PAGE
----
• Day503

    Reunited with the South Island

    July 4 in New Zealand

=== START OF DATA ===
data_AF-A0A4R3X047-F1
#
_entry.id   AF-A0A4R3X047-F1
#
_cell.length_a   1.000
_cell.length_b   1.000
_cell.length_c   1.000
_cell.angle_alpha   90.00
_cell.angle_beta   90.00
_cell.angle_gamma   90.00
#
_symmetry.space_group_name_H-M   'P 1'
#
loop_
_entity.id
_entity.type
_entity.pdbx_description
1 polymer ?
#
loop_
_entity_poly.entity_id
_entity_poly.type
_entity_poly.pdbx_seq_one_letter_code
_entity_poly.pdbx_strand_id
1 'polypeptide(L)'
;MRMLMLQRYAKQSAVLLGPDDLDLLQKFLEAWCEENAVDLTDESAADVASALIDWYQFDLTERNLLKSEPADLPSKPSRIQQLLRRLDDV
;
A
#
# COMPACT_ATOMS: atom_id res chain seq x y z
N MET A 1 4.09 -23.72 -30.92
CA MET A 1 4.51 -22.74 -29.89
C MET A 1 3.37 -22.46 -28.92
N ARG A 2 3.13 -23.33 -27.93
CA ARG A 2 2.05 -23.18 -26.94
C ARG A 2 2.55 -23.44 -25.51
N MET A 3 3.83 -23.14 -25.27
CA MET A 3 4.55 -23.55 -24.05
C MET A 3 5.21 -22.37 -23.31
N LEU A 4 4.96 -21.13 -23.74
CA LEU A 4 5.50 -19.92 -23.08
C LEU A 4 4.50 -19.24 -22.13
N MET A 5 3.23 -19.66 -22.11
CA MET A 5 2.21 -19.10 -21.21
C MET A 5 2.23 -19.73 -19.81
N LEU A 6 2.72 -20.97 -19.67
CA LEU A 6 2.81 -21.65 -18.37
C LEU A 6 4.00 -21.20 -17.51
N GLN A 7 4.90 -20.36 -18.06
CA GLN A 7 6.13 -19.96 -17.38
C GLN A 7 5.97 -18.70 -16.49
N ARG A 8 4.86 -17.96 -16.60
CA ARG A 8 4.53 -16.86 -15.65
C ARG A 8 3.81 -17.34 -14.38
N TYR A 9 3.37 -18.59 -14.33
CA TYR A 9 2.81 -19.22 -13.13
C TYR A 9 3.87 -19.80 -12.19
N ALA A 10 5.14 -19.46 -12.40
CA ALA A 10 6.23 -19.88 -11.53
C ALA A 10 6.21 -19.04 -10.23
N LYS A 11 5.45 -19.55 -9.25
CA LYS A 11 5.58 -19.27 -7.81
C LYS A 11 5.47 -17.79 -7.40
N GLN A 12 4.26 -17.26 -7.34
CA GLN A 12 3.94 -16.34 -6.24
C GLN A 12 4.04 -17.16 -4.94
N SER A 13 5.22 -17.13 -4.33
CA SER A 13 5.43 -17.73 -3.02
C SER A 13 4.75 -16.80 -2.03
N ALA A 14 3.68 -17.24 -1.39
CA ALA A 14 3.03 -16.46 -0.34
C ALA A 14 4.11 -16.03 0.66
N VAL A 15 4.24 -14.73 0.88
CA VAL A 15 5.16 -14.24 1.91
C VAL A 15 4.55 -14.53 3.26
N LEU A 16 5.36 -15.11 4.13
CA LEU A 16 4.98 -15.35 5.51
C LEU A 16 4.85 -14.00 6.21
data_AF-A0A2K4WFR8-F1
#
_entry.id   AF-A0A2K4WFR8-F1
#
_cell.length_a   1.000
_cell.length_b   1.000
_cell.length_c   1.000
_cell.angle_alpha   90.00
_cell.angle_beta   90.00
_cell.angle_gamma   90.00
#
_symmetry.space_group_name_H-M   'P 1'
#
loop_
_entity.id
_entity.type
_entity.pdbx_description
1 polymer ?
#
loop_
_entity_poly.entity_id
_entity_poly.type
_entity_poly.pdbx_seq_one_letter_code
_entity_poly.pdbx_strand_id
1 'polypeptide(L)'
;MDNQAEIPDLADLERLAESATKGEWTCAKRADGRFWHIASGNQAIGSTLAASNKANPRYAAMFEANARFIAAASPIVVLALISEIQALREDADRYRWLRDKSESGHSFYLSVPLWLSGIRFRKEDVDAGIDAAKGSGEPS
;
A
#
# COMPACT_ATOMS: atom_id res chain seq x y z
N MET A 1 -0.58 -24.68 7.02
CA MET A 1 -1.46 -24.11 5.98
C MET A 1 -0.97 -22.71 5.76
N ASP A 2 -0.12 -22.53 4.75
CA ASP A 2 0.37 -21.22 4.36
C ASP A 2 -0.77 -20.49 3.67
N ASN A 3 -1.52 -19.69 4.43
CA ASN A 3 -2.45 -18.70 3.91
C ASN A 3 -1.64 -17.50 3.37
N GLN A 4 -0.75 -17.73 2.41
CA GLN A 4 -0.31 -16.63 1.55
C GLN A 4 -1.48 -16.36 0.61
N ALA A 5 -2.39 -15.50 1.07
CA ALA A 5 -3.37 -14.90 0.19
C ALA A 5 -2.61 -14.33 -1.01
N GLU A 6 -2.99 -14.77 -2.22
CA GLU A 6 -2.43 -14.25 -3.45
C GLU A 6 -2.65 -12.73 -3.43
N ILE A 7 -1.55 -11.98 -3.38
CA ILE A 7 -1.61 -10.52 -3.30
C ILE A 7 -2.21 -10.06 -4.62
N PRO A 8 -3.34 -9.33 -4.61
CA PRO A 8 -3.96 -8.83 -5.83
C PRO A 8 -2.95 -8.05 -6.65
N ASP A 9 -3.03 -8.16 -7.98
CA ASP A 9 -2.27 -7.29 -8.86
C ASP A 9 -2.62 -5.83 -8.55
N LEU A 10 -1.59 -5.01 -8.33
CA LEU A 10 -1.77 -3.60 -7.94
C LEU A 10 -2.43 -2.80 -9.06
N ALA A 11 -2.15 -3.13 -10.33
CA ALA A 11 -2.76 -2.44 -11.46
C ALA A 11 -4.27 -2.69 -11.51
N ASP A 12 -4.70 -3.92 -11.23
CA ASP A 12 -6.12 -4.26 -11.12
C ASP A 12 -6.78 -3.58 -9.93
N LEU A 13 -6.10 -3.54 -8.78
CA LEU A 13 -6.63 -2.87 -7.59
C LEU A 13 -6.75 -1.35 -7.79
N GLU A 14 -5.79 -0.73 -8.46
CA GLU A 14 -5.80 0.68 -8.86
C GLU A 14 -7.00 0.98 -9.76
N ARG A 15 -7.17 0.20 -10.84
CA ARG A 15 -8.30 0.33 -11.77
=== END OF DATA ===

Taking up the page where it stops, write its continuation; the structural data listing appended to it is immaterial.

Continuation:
Hello South Island! It feels our time on the North Island has gone by within the blink of an eye and suddenly we are sat on the ferry headed across the small stretch of sea that separates two different but equally beautiful islands. Our ferry left at 8.30am and we needed to be signed in and queuing by 7.30 so we had a bit of an early start this morning to make sure we were up and ready to leave on time. Once on-board and with the van safely secured below deck we went to scope the boat out. We had a different boat to last time and unfortunately this one didn't have a nice viewing platform out the front of the ship which was a shame because that's the area we saw dolphins from. It did have other observation areas at the sides but with no seating nearby there was no chance of any crew really alerting you if they saw dolphins at all like last time. Instead we tracked down the best looking cafe that had a proper coffee machine and got our morning caffine hit a long with a pretty tasty pizza. I forgot that with our Top 10 card we also get discount on-board the boat so we missed out on a saving on these purchases. After a couple of hours we were heading into the Malborough Sounds of the South Island and it wasn't too long before we docked and disembarked. We realised we hadn't really seen Picton so we had a brief stroll around town before dumping and filling up the van. I had seen on the map that from Picton you can either drive the highway 1 south to Blenheim which takes 25 minutes or go a long a windy coastal route that also ends up just outside Blenheim. I thought it didn't look too much longer so we opted for the scenic route. Within 20 minutes or so we came to our first amazing view point overlooking the sound we just came down on the ferry. A further 20 minutes down the road we hit another view point which was even more spectacular overlooking the coast in the direction we would we driving in. It was then that I checked the map to see we'd barely driven any distance at all and with all the tight bends and hilly roads it was taking much longer than expected. We decided that we had committed to this so persevered. The road then became single laned really because of the size of the van and all gravel/dirt track. Luckily we only passed a handful of cars the whole route but still it was rather daunting. At one point we even saw a car off the side of the cliff directly off the road that had nose dived and was now only being held up by trees. The gravel made the driving harder and Nick did amazingly well at handling it especially on places where large pot holes and bumps had formed. We passed through several small bays with a handful of houses in each and I felt sorry for the people living there having to drive such a poorly maintained road everyday. The weather was as beautiful as the scenery and it felt very refreshing to be driving a road clearly not many people use and seeing areas untouched by most tourists. After a couple of hours we hit a man digging in the road trying to fix a bridge that had been washed out. We thought this was the end of our journey and we'd have to turn back but thankfully he had dug out an alternative road around the bridge so although he didn't ackwolodge us for about 5 minutes we were so grateful when he signalled us to pass over. After this we had a small stretch of about 1km where the road barely fitted our van, with tall subery on each side it was sheer panic and hoping we didn't meet anyone here. Thankfully we didn't and although the road was worse after this for a while and we had one stage of it being so wet that we were worried we'd get stuck trying to get uphill, for all the views and scenery it was worth it. Not sure Nick agrees with me and he definitely wants me to research roads and timings more in future but I had fun. It was the best feeling when we hit tarmac roads again as we looked out over a flat valley full of vineyards and we knew we were very close the Blenheim, one of NZ biggest winery towns. We made it in one piece and checked in to a campsite for the night where I spent hours doing washing because they only had one dryer and one lady occupied it for about 2.5 hours. It's amazing how two roads that start and end at the same places can differ in journey time by about 3 hours!Read more